Delorean brings the Biltmore Cabaret back to the future
Delorean, a Barcelona-based alternative dance band, arrived at Vancouver’s Biltmore Cabaret to an excited, mostly-hipster crowd last Saturday night as part of their North American tour. The Spanish quartet brought crowds of fans on to the small dance floor for what would be a short but energetic set.
The band, which was named after the DeLorean time machine from the Back to the Future series, has undergone many changes with their musical style from their beginnings in 2000. With little success coming from their first EP and two studio albums between 2004 and 2006, they found a new style a more electronic sound. They found increasing mainstream success with the release of their Ayrton Senna EP in 2009 and their third studio album Subiza earlier this year.
Sine then, Delorean has been touring around the world, even accompanying popular Sweden-based band Miike Snow on a 2009/2010 North American tour. The growing popularity of Delorean around the world is an attest to their decision to change from punk-rock origins to synth-based perfection.
Guitarist Guillermo Astrain, photo courtesy of Popscene
To fully appreciate Delorean’s style, nothing compares to the atmosphere they create during their live performance. Before them, though, was the opening band Lemonade, a San Francisco-based electronic trio who was… interesting to say the least.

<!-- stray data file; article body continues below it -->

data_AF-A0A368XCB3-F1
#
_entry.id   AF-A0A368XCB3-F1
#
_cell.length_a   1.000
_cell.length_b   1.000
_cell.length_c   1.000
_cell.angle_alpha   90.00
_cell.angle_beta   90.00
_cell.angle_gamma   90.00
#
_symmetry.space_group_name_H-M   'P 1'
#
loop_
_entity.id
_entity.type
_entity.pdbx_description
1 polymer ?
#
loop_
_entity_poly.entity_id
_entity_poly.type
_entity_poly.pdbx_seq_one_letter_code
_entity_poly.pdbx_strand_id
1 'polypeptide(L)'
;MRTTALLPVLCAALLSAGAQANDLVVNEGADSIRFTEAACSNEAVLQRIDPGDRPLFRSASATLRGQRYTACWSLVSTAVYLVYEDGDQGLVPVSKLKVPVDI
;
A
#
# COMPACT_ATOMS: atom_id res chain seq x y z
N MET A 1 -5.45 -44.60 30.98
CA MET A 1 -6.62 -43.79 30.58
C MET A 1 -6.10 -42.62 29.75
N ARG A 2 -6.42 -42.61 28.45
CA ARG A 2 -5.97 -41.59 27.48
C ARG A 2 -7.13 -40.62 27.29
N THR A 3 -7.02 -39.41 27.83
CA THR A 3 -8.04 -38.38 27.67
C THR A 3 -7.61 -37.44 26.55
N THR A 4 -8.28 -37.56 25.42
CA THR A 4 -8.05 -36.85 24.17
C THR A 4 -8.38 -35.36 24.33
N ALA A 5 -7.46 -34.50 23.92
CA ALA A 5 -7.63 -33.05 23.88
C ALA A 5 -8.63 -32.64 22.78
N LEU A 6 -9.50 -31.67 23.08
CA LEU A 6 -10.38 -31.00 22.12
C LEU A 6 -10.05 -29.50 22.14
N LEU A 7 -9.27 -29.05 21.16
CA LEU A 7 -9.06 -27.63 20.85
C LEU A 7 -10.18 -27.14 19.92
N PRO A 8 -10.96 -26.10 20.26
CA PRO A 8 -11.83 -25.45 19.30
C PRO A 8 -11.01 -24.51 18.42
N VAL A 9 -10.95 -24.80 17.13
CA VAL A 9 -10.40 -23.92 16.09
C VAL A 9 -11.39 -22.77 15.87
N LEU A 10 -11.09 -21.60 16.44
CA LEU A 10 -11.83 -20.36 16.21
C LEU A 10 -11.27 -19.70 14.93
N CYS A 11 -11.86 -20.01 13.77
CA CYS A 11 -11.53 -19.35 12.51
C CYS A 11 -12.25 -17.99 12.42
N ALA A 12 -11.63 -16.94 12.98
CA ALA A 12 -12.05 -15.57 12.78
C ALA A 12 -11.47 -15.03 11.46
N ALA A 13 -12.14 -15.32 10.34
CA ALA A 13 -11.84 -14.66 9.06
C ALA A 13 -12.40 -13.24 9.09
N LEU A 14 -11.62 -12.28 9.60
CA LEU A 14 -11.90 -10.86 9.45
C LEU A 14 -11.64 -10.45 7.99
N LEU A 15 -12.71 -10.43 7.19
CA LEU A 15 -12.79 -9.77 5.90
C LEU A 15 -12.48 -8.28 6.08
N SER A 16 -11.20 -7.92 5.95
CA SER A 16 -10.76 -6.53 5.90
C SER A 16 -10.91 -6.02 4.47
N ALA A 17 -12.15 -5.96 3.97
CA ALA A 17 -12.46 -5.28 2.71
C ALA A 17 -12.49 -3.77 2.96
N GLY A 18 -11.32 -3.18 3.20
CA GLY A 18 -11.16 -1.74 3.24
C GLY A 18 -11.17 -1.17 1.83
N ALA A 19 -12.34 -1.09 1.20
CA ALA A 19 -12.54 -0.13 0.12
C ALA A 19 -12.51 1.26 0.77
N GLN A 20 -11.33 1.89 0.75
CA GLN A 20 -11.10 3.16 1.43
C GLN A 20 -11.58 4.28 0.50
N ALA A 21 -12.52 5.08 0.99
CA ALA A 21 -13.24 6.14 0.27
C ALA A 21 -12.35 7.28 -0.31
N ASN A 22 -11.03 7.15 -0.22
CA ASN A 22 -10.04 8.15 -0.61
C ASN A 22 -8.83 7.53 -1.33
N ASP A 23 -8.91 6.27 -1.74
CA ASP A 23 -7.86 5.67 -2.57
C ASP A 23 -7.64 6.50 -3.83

The actual beats that they create are great, with synth-heavy sounds and bass galore, exactly what you would expect from an opener for Delorean. The only problem comes when the bands’ vocalist, Callan Clendenin, begins singing. His vocals completely take away from the atmospheric sounds that the bands’ other two members have created. The shrill vocals of Clendendin were odd and out of place, all the more to make Delorean’s set even more worth the wait.
When the curtain opened to reveal Delorean, cheers exploded from the crowd. The chill, relaxed mood of the band was amplified with the atmosphere of the Biltmore Cabaret. Calm lighting and a bar environment made the floor-pounding bass and energetic synth all the better.
Each member of Delorean played their part perfectly, with their most popular songs, such as “Stay Close” and “Real Love,” sounding the same, if not better, as they do on the studio album. The concentration of the drummer, the calm demeanor of the guitarist, the relaxed nature of the vocalist and bassist, and the explosive excitement and energy of the synth player; Delorean definitely brought a unique experience to Vancouver.
Their performance, while amazing, was short-lived. It was only an hour and fifteen minutes long, but that is understandable since they only have an EP and a studio album that fit with their new style. The concert ended off with a great encore, made even better when the band stopped mid-song and started over because they messed up.
Delorean was impressive to say the least, showing that they have found the perfect sound to suit themselves. I cannot wait to see what Delorean has in store for the future.
*Top photo courtesy of Austin Eavesdropper